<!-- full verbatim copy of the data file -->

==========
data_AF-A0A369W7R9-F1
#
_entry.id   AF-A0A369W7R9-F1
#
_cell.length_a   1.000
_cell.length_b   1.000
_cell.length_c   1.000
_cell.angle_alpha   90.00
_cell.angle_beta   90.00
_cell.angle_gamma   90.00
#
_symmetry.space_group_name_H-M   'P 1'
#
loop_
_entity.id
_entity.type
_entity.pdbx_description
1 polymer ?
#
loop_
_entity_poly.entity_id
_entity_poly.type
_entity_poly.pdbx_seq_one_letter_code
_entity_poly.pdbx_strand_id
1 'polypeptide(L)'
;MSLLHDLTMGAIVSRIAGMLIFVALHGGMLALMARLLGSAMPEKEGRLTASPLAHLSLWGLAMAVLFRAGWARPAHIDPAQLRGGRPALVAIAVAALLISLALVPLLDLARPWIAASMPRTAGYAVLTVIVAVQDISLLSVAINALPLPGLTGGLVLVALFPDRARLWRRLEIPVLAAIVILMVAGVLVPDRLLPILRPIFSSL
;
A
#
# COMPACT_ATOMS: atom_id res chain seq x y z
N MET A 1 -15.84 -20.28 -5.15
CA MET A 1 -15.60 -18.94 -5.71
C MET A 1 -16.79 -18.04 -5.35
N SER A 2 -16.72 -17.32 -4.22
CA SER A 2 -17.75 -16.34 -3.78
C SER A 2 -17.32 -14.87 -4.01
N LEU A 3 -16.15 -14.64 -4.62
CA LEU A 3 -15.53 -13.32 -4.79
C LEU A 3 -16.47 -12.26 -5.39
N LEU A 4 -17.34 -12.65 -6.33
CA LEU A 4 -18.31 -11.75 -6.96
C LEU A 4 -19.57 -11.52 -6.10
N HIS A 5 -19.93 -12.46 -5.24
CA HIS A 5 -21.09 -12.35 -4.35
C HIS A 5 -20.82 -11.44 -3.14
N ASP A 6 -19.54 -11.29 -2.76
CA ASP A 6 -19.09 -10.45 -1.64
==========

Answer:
data_AF-A0A369W7R9-F1
#
_entry.id   AF-A0A369W7R9-F1
#
_cell.length_a   1.000
_cell.length_b   1.000
_cell.length_c   1.000
_cell.angle_alpha   90.00
_cell.angle_beta   90.00
_cell.angle_gamma   90.00
#
_symmetry.space_group_name_H-M   'P 1'
#
loop_
_entity.id
_entity.type
_entity.pdbx_description
1 polymer ?
#
loop_
_entity_poly.entity_id
_entity_poly.type
_entity_poly.pdbx_seq_one_letter_code
_entity_poly.pdbx_strand_id
1 'polypeptide(L)'
;MSLLHDLTMGAIVSRIAGMLIFVALHGGMLALMARLLGSAMPEKEGRLTASPLAHLSLWGLAMAVLFRAGWARPAHIDPAQLRGGRPALVAIAVAALLISLALVPLLDLARPWIAASMPRTAGYAVLTVIVAVQDISLLSVAINALPLPGLTGGLVLVALFPDRARLWRRLEIPVLAAIVILMVAGVLVPDRLLPILRPIFSSL
;
A
#
# COMPACT_ATOMS: atom_id res chain seq x y z
N MET A 1 -15.84 -20.28 -5.15
CA MET A 1 -15.60 -18.94 -5.71
C MET A 1 -16.79 -18.04 -5.35
N SER A 2 -16.72 -17.32 -4.22
CA SER A 2 -17.75 -16.34 -3.78
C SER A 2 -17.32 -14.87 -4.01
N LEU A 3 -16.15 -14.64 -4.62
CA LEU A 3 -15.53 -13.32 -4.79
C LEU A 3 -16.47 -12.26 -5.39
N LEU A 4 -17.34 -12.65 -6.33
CA LEU A 4 -18.31 -11.75 -6.96
C LEU A 4 -19.57 -11.52 -6.10
N HIS A 5 -19.93 -12.46 -5.24
CA HIS A 5 -21.09 -12.35 -4.35
C HIS A 5 -20.82 -11.44 -3.14
N ASP A 6 -19.54 -11.29 -2.76
CA ASP A 6 -19.09 -10.45 -1.64